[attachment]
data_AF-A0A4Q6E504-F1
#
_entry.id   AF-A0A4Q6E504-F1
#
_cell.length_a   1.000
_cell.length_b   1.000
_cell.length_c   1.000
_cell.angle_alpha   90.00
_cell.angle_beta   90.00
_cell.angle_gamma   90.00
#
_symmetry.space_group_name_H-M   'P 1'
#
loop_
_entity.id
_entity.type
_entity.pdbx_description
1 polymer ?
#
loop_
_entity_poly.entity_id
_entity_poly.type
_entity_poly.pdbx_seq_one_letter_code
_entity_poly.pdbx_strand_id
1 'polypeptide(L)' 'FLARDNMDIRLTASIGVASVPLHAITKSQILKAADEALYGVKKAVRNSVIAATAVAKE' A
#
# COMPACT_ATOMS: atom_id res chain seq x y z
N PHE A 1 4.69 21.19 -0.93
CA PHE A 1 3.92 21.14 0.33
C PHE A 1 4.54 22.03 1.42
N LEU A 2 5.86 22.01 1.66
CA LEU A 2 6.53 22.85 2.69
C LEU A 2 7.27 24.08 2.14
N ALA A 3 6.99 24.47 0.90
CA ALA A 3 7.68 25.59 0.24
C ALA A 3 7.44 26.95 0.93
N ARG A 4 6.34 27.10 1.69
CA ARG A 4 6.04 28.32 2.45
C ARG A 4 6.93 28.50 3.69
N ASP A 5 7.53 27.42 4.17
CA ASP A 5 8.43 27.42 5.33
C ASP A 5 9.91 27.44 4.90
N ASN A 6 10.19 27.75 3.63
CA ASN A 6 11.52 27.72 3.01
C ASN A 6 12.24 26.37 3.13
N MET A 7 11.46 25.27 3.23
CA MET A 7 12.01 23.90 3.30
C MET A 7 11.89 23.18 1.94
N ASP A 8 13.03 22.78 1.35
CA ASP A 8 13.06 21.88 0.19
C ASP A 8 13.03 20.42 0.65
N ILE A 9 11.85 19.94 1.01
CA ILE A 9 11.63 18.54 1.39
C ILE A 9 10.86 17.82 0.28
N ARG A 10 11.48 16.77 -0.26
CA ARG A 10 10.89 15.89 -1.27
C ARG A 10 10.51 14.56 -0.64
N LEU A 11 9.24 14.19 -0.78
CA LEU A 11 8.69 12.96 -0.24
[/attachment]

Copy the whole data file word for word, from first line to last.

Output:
data_AF-A0A4Q6E504-F1
#
_entry.id   AF-A0A4Q6E504-F1
#
_cell.length_a   1.000
_cell.length_b   1.000
_cell.length_c   1.000
_cell.angle_alpha   90.00
_cell.angle_beta   90.00
_cell.angle_gamma   90.00
#
_symmetry.space_group_name_H-M   'P 1'
#
loop_
_entity.id
_entity.type
_entity.pdbx_description
1 polymer ?
#
loop_
_entity_poly.entity_id
_entity_poly.type
_entity_poly.pdbx_seq_one_letter_code
_entity_poly.pdbx_strand_id
1 'polypeptide(L)' 'FLARDNMDIRLTASIGVASVPLHAITKSQILKAADEALYGVKKAVRNSVIAATAVAKE' A
#
# COMPACT_ATOMS: atom_id res chain seq x y z
N PHE A 1 4.69 21.19 -0.93
CA PHE A 1 3.92 21.14 0.33
C PHE A 1 4.54 22.03 1.42
N LEU A 2 5.86 22.01 1.66
CA LEU A 2 6.53 22.85 2.69
C LEU A 2 7.27 24.08 2.14
N ALA A 3 6.99 24.47 0.90
CA ALA A 3 7.68 25.59 0.24
C ALA A 3 7.44 26.95 0.93
N ARG A 4 6.34 27.10 1.69
CA ARG A 4 6.04 28.32 2.45
C ARG A 4 6.93 28.50 3.69
N ASP A 5 7.53 27.42 4.17
CA ASP A 5 8.43 27.42 5.33
C ASP A 5 9.91 27.44 4.90
N ASN A 6 10.19 27.75 3.63
CA ASN A 6 11.52 27.72 3.01
C ASN A 6 12.24 26.37 3.13
N MET A 7 11.46 25.27 3.23
CA MET A 7 12.01 23.90 3.30
C MET A 7 11.89 23.18 1.94
N ASP A 8 13.03 22.78 1.35
CA ASP A 8 13.06 21.88 0.19
C ASP A 8 13.03 20.42 0.65
N ILE A 9 11.85 19.94 1.01
CA ILE A 9 11.63 18.54 1.39
C ILE A 9 10.86 17.82 0.28
N ARG A 10 11.48 16.77 -0.26
CA ARG A 10 10.89 15.89 -1.27
C ARG A 10 10.51 14.56 -0.64
N LEU A 11 9.24 14.19 -0.78
CA LEU A 11 8.69 12.96 -0.24